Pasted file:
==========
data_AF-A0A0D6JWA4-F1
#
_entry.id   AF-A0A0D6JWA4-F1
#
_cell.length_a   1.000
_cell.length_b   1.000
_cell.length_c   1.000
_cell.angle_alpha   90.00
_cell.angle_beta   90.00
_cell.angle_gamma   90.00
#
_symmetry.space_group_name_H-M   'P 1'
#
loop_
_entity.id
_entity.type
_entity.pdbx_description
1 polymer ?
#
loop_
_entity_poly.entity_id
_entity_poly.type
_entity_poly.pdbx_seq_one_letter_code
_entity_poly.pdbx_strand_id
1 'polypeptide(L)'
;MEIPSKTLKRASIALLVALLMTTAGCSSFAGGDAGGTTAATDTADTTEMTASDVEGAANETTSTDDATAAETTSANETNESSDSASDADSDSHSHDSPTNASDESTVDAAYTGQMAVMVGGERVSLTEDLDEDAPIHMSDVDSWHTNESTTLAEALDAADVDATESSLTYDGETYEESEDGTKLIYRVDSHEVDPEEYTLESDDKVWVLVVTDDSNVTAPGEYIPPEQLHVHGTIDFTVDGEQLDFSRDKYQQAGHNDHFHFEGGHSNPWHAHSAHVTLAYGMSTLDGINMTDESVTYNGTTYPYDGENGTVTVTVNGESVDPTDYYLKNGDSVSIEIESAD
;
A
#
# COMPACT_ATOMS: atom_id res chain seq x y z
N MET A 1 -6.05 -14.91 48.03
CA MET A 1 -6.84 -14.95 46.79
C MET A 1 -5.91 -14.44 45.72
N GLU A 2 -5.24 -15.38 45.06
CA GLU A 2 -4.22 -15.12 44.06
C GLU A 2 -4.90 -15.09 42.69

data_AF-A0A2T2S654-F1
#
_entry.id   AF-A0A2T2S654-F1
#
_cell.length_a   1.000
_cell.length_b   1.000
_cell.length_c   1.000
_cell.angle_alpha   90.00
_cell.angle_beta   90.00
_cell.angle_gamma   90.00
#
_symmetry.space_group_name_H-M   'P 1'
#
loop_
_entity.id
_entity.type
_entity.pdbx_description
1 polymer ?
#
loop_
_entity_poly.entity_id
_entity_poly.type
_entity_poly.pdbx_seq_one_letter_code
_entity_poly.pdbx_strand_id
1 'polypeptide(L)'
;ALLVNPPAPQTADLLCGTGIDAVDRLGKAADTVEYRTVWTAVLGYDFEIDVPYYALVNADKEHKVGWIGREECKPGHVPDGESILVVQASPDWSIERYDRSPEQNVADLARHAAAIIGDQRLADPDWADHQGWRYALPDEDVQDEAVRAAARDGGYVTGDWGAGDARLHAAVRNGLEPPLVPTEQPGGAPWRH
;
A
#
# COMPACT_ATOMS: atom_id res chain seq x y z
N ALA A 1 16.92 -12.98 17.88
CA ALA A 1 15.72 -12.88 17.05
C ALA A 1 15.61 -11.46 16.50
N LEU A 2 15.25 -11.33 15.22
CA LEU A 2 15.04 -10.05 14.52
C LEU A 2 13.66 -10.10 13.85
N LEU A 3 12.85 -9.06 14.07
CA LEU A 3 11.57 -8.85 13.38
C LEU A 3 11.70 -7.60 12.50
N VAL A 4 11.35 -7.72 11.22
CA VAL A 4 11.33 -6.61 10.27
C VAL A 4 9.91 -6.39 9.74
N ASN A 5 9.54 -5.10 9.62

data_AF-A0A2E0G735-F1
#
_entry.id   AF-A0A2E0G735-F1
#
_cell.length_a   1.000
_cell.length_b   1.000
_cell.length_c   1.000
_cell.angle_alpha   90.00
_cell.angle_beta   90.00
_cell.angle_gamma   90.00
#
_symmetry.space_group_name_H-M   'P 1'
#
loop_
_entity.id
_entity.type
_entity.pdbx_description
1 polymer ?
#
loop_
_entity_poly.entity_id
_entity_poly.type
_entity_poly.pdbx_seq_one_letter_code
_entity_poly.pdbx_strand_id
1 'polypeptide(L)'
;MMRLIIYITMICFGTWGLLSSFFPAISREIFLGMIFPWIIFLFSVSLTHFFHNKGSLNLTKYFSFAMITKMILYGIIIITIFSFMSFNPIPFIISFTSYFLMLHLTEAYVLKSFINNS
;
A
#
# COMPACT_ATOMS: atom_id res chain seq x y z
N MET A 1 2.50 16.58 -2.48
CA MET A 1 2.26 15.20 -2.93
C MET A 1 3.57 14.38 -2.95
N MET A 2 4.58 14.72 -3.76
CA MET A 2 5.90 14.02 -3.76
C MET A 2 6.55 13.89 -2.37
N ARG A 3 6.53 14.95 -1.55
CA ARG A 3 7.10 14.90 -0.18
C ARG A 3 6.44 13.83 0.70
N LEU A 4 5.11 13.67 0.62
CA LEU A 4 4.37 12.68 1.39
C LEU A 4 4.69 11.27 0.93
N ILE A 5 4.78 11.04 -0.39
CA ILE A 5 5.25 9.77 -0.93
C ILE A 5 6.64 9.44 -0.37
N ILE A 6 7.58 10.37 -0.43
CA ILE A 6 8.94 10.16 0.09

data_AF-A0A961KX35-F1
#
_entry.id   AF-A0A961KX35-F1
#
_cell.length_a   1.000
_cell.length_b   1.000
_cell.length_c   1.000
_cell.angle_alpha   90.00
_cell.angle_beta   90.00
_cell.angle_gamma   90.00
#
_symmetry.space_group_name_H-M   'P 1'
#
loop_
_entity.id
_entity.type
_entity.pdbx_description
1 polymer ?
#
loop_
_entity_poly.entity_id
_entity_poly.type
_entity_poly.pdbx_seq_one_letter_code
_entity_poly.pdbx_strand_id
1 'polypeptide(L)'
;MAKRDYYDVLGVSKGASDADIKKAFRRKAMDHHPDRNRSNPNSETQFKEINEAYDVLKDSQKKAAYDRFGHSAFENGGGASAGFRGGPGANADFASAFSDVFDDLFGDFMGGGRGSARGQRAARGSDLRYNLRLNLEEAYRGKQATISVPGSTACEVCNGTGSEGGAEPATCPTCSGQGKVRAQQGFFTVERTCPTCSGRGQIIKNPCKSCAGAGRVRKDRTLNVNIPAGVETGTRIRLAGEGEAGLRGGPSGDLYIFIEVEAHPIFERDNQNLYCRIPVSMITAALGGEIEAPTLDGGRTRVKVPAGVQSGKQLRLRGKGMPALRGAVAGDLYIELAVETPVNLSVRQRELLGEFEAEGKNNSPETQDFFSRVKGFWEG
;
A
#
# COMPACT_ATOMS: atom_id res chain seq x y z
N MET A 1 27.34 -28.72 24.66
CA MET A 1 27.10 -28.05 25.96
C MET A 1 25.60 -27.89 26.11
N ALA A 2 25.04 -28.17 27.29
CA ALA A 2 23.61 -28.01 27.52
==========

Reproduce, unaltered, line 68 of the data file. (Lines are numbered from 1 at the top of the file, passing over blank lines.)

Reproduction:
CA ALA A 1 15.72 -12.88 17.05